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Cut down on sugary drinks to avoid weight gain, heart attack

If you are a party animal, you should read this carefully. It’s time to cut down on sugary drinks as a new study shows that sugar-sweetened beverages can lead to excess weight gain and cardiovascular disease.

health and fitness Updated: Sep 30, 2015 16:45 IST
Regular consumption of sugar-sweetened beverages could lead to weight gain because the liquid calories are not filling, and so people don’t reduce their food intake at subsequent meals.
Regular consumption of sugar-sweetened beverages could lead to weight gain because the liquid calories are not filling, and so people don’t reduce their food intake at subsequent meals. (Shutterstock)

If you are a party animal, you should read this carefully. It’s time to cut down on sugary drinks as a new study shows that sugar-sweetened beverages can lead to excess weight gain and cardiovascular disease.

Lead investigator Frank Hu of the Harvard T.H. Chan School of Public Health said their findings underscored the urgent need for public health strategies that reduce the consumption of these drinks.

Hu said that regular consumption of sugar-sweetened beverages could lead to weight gain because the liquid calories are not filling, and so people don’t reduce their food intake at subsequent meals.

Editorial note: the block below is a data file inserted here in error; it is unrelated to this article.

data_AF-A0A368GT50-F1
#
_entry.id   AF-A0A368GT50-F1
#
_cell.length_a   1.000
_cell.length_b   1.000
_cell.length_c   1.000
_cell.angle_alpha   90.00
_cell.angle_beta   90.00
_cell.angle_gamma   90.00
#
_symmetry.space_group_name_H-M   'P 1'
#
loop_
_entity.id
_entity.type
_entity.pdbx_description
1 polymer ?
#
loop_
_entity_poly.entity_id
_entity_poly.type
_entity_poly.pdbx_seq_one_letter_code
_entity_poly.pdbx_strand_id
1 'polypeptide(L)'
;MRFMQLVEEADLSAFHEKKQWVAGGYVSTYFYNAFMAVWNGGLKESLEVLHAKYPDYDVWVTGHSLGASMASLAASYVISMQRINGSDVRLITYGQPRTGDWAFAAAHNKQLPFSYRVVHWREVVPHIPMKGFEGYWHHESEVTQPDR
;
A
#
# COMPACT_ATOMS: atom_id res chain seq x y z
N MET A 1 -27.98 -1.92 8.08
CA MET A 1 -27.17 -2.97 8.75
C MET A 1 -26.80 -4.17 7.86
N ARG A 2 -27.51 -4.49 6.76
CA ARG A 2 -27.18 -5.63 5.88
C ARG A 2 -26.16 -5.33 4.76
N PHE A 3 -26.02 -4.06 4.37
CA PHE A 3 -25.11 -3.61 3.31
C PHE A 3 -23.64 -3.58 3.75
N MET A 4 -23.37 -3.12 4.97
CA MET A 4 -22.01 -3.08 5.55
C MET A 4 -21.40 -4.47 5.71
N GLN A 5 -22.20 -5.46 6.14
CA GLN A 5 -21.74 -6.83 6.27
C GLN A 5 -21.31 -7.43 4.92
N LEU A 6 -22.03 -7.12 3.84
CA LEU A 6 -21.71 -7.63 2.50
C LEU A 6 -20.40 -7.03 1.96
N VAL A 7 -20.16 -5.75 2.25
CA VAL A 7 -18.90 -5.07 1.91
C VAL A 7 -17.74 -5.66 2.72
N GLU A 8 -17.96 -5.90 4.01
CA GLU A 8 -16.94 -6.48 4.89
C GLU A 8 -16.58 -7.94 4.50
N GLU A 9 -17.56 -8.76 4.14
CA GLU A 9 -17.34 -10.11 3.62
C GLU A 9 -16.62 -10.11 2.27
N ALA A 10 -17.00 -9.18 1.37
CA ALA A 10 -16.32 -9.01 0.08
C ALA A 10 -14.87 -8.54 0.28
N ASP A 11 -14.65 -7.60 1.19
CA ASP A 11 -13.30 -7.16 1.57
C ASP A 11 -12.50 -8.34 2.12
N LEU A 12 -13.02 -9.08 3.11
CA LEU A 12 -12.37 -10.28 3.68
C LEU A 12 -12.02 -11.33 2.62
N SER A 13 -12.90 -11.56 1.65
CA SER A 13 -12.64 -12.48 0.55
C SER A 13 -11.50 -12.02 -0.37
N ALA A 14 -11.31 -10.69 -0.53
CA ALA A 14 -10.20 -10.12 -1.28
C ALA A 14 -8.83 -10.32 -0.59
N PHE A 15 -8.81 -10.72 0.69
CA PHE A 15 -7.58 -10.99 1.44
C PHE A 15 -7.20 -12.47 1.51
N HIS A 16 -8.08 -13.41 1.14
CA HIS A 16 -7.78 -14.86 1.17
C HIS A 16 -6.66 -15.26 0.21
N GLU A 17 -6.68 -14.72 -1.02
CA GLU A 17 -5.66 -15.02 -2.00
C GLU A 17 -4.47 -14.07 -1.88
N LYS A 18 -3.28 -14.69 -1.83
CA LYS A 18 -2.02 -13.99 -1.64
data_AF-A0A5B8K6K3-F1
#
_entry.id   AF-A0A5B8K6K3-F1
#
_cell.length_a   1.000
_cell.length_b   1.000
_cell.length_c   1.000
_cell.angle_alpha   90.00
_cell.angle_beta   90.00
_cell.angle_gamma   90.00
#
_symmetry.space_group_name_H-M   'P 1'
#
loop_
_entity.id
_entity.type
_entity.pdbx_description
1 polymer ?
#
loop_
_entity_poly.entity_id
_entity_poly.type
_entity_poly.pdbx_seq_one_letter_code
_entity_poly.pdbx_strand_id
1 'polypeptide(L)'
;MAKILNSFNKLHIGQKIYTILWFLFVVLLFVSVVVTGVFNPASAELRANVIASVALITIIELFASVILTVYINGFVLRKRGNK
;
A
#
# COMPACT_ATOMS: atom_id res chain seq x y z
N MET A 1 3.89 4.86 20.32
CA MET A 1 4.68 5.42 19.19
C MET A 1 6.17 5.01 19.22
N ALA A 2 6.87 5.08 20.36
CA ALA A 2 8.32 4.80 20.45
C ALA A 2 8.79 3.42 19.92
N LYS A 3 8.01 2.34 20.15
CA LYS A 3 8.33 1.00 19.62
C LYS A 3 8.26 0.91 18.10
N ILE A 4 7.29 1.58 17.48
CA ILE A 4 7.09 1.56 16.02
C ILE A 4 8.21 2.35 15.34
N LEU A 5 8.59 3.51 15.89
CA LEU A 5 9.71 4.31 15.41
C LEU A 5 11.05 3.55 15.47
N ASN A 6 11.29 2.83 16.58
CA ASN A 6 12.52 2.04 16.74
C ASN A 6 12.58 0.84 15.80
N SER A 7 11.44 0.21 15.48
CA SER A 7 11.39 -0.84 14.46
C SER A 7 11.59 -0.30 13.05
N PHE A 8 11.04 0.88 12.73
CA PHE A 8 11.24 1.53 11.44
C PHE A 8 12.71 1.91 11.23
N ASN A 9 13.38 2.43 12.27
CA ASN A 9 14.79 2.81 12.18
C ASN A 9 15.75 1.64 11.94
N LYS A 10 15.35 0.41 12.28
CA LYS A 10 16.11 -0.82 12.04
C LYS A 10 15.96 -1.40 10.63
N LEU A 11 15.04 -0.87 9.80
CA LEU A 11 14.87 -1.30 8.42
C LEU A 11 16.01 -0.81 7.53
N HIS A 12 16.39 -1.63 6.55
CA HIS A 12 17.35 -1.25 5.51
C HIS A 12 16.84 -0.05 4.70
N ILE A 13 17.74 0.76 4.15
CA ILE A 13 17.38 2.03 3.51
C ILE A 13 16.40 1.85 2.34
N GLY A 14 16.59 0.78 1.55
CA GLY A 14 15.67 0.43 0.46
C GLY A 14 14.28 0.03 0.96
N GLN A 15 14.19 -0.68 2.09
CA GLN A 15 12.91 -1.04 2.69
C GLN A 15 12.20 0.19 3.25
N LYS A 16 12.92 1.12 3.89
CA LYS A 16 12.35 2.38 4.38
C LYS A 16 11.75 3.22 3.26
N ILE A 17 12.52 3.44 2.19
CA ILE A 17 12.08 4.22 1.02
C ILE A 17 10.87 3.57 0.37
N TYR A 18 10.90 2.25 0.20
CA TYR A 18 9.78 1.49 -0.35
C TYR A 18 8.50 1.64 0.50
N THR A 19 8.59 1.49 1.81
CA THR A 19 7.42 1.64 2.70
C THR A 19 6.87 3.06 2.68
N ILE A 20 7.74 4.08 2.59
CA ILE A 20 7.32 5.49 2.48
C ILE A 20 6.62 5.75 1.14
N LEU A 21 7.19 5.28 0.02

The study revealed that consuming one or two servings of sugar-sweetened beverages a day has been linked to 26% greater risk of developing type 2 diabetes,35% greater risk of heart attack or fatal heart disease, and 16% increased risk of stroke.

Read: How to avoid ageing? Stop guzzling down those soft drinks

Read: Parenting tips: Here’s how your kid can cultivate good eating habits

Glucose is readily absorbed from the gastrointestinal tract into the bloodstream where it is transported through the action of insulin into the body’s cells to be used as fuel. However, fructose is metabolised in the liver where it can be converted to fatty compounds called triglycerides, which may lead to fatty liver disease and insulin resistance, a key risk factor for developing diabetes and cardiovascular disease.

The researchers point out that it was important to reduce total amounts of added sugars, especially in the form of sugar-sweetened beverages.

Hu concluded that reducing the consumption of sugar-sweetened beverages or added sugar alone was unlikely to solve the obesity epidemic entirely, adding that limiting intake was one simple change that would have a measurable impact on weight control and prevention of cardio-metabolic diseases.

The study is published in the Journal of the American College of Cardiology.